Keeping the Muslim down
Misled by their fundamentalist leaders playing to the gallery, Indian Muslims have acquired a ghetto mindset by sticking to the non-progressive and archaic attitudes, writes Firoz Bakht Ahmed.Updated: May 20, 2008 01:49 IST
Exploited for electoral purposes, cajoled and subjected to lip-service by so-called ‘secularist’ parties and ‘Muslim leaders’, the Muslim community of India stands at a crossroad. Earlier this month, the Centre was questioned by the Delhi High Court regarding the implementation of Sachar Committee recommendations for the welfare of Muslims. The bench told the government that it was “trying to please one community” and that it should not be fighting against poverty for one community only.”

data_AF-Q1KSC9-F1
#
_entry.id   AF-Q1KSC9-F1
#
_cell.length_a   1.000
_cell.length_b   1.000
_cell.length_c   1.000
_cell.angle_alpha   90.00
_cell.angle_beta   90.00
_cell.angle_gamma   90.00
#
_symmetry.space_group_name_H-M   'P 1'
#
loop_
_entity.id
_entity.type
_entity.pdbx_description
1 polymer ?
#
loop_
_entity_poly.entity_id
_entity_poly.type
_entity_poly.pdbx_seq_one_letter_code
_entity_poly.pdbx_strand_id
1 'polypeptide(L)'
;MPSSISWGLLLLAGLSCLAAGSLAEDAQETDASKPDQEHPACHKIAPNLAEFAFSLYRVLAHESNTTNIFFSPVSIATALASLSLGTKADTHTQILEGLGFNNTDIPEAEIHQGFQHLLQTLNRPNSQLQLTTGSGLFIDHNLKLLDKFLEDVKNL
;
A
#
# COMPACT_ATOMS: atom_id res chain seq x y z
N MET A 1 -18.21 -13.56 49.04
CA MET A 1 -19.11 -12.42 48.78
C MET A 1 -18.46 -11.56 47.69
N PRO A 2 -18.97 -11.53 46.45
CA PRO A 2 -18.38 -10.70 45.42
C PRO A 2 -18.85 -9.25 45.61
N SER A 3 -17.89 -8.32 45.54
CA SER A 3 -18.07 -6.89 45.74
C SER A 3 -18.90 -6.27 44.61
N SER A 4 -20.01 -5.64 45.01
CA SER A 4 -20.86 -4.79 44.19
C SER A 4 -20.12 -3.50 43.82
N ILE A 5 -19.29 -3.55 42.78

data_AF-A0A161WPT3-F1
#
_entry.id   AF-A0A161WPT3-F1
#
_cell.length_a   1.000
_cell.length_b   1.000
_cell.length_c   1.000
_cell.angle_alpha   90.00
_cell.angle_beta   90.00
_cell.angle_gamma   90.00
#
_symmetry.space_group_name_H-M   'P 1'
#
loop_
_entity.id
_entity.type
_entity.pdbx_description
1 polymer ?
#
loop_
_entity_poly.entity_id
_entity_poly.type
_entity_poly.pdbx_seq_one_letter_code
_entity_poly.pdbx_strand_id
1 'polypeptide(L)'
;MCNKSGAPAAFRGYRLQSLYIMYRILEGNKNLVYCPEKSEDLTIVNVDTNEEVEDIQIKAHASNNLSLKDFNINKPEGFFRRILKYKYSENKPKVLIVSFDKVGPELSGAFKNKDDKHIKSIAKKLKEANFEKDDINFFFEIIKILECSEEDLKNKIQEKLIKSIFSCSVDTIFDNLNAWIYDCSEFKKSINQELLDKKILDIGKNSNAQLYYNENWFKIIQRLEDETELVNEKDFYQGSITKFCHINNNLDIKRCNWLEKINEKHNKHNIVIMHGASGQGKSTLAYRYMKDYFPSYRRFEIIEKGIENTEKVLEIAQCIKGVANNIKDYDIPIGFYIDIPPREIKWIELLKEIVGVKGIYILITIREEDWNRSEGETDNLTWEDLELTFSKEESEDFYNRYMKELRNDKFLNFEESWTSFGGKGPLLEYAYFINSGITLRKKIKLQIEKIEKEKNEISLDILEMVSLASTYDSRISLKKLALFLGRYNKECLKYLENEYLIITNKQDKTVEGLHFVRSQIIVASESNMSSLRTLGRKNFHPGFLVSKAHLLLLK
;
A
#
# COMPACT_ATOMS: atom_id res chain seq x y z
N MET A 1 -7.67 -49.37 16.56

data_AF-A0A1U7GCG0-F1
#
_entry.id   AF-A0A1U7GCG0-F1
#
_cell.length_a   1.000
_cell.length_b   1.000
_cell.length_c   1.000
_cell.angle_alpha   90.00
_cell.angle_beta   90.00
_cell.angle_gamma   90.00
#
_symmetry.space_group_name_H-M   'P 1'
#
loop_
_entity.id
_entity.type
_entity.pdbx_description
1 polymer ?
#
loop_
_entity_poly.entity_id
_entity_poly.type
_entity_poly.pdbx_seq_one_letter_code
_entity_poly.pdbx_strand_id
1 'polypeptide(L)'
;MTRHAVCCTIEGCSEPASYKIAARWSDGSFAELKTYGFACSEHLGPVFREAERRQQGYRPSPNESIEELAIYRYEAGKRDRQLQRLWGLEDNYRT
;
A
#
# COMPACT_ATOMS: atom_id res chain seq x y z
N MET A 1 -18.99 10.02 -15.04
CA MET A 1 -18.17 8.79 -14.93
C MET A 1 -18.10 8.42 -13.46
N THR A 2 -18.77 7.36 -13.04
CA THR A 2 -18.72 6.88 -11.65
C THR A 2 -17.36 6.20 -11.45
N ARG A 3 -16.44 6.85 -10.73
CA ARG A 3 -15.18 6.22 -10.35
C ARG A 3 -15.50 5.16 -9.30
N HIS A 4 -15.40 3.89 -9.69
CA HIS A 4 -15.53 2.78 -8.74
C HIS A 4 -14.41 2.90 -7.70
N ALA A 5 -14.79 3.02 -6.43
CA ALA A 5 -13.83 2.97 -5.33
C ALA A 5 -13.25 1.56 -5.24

‘Minorityism’ in India has been an abominable misnomer. It is time that we give up this ghettoised ‘minority-majority’ mindset. The voice of reason demands that educational standards and qualifications must be uniform, irrespective of religion or language. If a minority status is to be granted, it should not be on the basis of language or religion but as per the United Nations charter that states that quotas should be provided for all disadvantaged and have-nots.
Misled by their fundamentalist leaders playing to the gallery, Indian Muslims have acquired a ghetto mindset by sticking to the non-progressive and archaic attitudes. Children are not sent to modern schools and girls are kept away from schools altogether. Often misguided by their peers, they have no desire to work, compete and come up in life. Obscurantism, poverty, ignorance and instability have become such common features among Muslims that their detractors assume that these are the natural consequences of following the teachings of Islam.